However, if you live at home or within a short drive, why don’t you pack an overnight bag for the weekend and go home. There is something about having a traditional homecooked meal (my Mum, Lois, makes all of our favourite dishes when we come home for a visit), sleeping into freshly washed sheets that smell familiar and have memories attached and the added knowledge of being able to sleep without being interrupted. So, when are you going to pick up the phone and call your family/guardians?

No. 3: Support Thy University Student

Our university has one thing in common, besides both of us attending university to gain a better education and a sense of fulfilment, and that is our student service or university support team. The one thing that student support teams are about is they are there to support you during your time at university by answering questions you don’t have the answers for, helping you formulate what days would be more suitable for classes and what subjects you should take for your degree/s.

Student services are also there to encourage you to look forward when things appear like they aren’t going to plan and urge to you contact them when these worries multiply and the feeling of being lonely is getting you down. If you can’t face the thought of opening to your friends, than a strange can be helpful in so many ways as your support team will and can give you a lot more professional tips and tricks on how to shake off the funk and overcome those pesky feelings of loneliness.

No. 4: To Hobby or Not To Hobby?

When I think about taking up a hobby, I think about the elderly people in my community coming together on a Thursday morning for a pot of tea and a couple rounds of bowls. In my case, I have started a few hobbies and unfortunately, my fulltime work schedule, increasing amount of assignments and university requirement and decreasing social life prevents me from actively participating in these hobbies.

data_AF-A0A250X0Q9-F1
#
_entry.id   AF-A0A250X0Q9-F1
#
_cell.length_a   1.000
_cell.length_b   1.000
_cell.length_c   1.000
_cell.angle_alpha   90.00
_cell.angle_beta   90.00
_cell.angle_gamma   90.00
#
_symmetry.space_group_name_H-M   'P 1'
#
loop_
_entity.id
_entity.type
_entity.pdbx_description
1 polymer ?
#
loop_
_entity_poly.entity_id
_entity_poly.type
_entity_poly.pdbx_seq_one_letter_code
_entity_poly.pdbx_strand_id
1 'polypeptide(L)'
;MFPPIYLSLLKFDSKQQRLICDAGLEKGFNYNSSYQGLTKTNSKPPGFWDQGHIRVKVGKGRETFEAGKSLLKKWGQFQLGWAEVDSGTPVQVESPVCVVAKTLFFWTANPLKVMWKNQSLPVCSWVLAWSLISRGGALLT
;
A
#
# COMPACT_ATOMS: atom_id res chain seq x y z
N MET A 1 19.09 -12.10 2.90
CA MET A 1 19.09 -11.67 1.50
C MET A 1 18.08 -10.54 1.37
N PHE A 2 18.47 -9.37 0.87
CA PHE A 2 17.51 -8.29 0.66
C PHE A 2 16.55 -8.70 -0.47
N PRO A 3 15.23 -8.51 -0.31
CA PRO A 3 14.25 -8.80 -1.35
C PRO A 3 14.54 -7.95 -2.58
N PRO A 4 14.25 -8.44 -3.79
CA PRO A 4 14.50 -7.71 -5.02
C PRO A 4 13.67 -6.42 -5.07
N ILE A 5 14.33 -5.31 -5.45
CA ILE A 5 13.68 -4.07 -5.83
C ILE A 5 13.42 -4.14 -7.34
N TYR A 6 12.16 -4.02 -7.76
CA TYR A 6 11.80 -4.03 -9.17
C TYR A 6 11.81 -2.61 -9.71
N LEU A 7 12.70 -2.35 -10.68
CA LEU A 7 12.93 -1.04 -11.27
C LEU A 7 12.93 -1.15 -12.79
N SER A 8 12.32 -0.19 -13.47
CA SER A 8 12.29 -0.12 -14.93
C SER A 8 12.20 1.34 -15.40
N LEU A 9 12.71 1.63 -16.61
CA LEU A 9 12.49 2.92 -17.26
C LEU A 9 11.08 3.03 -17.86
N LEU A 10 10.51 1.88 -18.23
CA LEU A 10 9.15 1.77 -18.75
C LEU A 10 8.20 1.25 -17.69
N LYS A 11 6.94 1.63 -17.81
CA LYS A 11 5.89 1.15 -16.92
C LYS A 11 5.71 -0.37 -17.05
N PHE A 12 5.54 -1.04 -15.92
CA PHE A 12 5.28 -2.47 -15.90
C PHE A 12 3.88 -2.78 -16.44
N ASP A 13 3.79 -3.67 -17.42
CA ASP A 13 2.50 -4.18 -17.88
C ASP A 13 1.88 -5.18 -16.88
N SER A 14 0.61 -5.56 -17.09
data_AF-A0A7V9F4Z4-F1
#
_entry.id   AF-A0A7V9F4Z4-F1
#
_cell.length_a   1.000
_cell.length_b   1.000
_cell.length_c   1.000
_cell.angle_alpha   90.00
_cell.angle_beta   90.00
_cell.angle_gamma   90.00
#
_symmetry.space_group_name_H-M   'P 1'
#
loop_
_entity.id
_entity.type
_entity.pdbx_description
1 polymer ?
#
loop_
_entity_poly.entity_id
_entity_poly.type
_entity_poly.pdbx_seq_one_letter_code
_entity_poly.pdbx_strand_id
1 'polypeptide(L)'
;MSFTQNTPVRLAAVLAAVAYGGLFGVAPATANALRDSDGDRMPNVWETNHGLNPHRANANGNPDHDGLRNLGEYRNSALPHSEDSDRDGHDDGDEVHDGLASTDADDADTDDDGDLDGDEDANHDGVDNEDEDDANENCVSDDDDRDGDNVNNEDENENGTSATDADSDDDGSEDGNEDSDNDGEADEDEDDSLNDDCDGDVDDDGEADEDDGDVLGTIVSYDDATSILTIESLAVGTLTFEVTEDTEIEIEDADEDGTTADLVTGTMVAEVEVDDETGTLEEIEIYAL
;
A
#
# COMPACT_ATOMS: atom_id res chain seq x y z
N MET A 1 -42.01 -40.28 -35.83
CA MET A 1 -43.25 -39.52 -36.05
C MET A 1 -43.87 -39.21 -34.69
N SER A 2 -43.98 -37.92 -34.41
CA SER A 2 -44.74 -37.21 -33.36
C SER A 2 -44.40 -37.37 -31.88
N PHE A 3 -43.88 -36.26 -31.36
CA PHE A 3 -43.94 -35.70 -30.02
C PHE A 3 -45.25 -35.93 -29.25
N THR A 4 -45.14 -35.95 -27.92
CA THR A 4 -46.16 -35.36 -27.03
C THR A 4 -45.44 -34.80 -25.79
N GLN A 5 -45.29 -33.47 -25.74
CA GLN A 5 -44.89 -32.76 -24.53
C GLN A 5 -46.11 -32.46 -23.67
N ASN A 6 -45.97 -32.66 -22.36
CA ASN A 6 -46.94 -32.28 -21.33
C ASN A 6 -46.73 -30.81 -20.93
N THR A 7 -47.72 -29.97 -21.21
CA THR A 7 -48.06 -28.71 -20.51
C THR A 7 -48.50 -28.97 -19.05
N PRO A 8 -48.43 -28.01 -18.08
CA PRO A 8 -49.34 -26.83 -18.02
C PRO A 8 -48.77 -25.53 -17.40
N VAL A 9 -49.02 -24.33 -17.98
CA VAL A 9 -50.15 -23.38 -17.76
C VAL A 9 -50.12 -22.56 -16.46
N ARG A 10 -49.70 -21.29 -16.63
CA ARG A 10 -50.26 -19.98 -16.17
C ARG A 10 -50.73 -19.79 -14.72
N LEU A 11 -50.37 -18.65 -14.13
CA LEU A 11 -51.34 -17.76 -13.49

However, I have learnt when continuing hobbies like seeing friends for a coffee or writing down important details in my bullet journal, these hobbies make me focus on the feeling of being involved in my daily tasks/friendships and less on feeling lonely. It can be recommended by a professional who fails at new hobbies, any kind of hobby such as bullet journaling, going for a jog twice or week or sporadically attending a naked art class can be beneficial as you’re having fun and enjoying yourself.

Although the next four years is going to fly past you in a series of lectures, assignments and professors from hell as well as those not-so-fun social outings; feeling lonely and being alone are two things we can tackle from the start. This is the time where we can experiment (hopefully with piercings, hair colouring and not drugs!), develop different relationships and friendships with those who are important to us and gain a further understanding of who, you and I are as a person.

However, at the end of the day if you are feeling lonely and alone, all you can have to do is put your hand up in the air and say,  “Hey, my name is….” and it’ll start so many conversations, your poor head will be swimming. Enjoy the adventure and more importantly, contact your parents/guardians because they miss you and will offer you a shoulder to cry on when shit hits the roof.

Good luck and I’ll be standing next to you when we graduate.

Until next time,

~S xo